Gene ‘Turns Off’ When Fighting Cancer, Finding Could Lead To New Drugs
According to Cancer Research UK, aggressive pancreatic tumors may be treatable with a new class of drugs.
Patients who are diagnosed with pancreatic cancer have a 20 percent chance of living a year after they are diagnosed.
The new study, published in the journal Nature, showed that a gene was being switched off in the cancerous cells, and drugs are already being tested to potentially turn the gene back on.
The scientists screened a mouse version of pancreatic cancer for genes that speed up cancer growth.
They uncovered many genes that have been known to be involved in the disease, but found the most common gene fault was one with no previous links to any cancer type.
The gene, called USP9x, stops a cell from dividing uncontrollably, but researchers found in the mice study that it was being switched off in some pancreatic cancer cells.
They found that the gene is not mutated, but other proteins and chemicals become stuck to it and turn the gene off.
“We suspected that the fault wasn’t in the genetic code at all, but in the chemical tags on the surface of the DNA that switch genes on and off, and by running more lab tests we were able to confirm this,” Professor David Tuveson, from the Cancer Research UK Cambridge Research Institute, said in a press release.
The researchers believe USP9x could play a role in about one in seven pancreatic cancers. The defect might be able to be fixed through experimental drugs already showing promise in lung cancer cases.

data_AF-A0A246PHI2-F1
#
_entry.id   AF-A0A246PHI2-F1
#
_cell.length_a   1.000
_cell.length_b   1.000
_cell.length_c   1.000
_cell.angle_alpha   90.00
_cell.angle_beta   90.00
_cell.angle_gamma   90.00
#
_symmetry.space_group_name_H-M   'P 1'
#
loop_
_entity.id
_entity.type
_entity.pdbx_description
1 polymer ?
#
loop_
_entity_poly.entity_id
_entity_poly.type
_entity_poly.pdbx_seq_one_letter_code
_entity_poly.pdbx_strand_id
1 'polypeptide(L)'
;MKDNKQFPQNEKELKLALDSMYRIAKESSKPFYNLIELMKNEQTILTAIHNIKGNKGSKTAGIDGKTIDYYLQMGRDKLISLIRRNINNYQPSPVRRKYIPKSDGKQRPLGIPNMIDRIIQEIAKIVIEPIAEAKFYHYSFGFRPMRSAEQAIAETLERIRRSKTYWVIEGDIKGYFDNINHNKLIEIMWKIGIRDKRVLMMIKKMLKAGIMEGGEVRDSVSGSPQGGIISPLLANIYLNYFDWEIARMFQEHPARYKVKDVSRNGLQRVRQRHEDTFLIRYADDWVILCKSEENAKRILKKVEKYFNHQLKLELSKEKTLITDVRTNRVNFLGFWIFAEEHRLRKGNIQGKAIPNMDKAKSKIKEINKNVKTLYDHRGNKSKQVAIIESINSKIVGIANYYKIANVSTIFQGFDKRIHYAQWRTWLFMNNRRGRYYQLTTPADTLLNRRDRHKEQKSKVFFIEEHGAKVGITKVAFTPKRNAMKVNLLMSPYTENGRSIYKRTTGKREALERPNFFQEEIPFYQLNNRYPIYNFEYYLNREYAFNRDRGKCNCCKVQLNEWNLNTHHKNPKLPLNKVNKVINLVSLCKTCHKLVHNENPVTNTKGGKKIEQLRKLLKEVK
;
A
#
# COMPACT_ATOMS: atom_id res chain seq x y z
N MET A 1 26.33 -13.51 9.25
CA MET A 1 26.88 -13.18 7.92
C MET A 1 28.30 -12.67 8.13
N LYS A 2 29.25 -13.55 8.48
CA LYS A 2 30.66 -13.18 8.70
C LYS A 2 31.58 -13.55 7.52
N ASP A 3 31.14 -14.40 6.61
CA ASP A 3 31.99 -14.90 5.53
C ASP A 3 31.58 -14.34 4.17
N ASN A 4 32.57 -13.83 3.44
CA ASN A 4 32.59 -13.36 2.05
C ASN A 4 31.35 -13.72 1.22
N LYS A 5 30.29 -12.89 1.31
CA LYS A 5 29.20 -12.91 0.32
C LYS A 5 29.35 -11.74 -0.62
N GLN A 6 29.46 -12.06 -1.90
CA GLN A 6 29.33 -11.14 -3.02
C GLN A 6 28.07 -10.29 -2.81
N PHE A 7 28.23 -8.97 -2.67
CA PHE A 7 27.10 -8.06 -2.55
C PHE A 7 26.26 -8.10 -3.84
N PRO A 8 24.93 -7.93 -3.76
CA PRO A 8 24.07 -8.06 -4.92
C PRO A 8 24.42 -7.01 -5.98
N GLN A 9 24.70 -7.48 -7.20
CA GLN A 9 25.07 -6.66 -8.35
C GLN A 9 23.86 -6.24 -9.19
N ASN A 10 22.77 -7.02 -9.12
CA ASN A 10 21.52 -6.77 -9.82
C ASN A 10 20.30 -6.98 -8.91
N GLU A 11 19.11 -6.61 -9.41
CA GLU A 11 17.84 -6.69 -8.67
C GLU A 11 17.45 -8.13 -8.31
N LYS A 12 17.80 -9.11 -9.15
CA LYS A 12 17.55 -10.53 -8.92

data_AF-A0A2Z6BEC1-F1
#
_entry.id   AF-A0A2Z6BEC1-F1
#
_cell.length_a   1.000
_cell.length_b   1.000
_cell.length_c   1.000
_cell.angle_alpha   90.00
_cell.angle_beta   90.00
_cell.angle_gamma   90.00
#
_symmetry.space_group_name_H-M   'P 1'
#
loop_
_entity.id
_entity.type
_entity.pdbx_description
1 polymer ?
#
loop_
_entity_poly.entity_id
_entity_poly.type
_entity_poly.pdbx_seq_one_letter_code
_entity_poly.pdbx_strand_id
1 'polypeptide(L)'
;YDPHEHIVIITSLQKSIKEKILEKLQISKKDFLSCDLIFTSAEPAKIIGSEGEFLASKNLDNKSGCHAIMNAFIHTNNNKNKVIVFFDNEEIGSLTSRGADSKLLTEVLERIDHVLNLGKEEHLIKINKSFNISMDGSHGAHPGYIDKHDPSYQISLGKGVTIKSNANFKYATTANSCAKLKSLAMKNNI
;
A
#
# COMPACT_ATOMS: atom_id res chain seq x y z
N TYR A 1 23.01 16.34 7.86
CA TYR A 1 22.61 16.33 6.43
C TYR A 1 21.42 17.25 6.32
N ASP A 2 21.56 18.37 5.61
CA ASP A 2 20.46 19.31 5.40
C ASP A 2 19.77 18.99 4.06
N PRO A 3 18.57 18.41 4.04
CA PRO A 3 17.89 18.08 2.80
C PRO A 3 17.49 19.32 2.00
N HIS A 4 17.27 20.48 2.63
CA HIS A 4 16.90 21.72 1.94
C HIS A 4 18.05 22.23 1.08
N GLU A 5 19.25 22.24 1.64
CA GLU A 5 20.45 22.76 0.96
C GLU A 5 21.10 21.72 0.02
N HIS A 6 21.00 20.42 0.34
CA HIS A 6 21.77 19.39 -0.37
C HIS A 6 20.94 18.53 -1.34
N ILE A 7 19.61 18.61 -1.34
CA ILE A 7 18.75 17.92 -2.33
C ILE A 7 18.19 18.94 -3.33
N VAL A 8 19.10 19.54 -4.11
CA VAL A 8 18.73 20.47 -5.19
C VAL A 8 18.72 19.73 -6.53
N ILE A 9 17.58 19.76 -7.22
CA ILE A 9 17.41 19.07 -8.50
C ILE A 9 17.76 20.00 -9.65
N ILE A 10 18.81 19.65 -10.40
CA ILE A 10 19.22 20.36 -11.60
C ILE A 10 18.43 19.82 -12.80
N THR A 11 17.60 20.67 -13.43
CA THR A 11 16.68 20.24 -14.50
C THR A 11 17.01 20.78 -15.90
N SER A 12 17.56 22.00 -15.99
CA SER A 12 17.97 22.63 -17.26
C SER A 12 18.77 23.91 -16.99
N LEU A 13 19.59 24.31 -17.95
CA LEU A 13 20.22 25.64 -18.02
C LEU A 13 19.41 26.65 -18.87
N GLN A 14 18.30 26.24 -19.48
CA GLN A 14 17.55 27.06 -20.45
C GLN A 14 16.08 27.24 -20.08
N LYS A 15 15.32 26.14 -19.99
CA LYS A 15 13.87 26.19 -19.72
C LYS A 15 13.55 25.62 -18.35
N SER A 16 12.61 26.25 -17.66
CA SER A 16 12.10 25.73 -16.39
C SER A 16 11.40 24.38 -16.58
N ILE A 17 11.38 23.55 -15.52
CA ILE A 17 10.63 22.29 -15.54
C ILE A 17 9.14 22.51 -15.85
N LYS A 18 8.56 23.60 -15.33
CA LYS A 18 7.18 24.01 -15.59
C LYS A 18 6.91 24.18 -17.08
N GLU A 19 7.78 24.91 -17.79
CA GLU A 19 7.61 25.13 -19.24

“Drugs which strip away these tags are already showing promise in lung cancer and this study suggests they could also be effective in treating up to 15 per cent of pancreatic cancers,” Tuveson said.
Dr David Adams, from the Wellcome Trust Sanger Institute, told BBC News the study strengthens scientists understanding that they must look into the biology of cells to identify all the genes that play a role in cancer.
One researcher from Cancer Research said that the findings could help direct scientists to new treatments.
“These results raise the possibility that a class of promising new cancer drugs may be effective at treating some pancreatic cancers,” Dr Julie Sharp, Cancer Research UK’s senior science information manager, said in a press release.
“Fewer than 20 per cent of people survive pancreatic cancer for a year after diagnosis — a situation that has improved little in the last 20 years. Studies like this one are part of Cancer Research UK´s commitment to invest more in hard-to-treat cancers like pancreatic cancer, hopefully improving treatment to save more lives in the future.”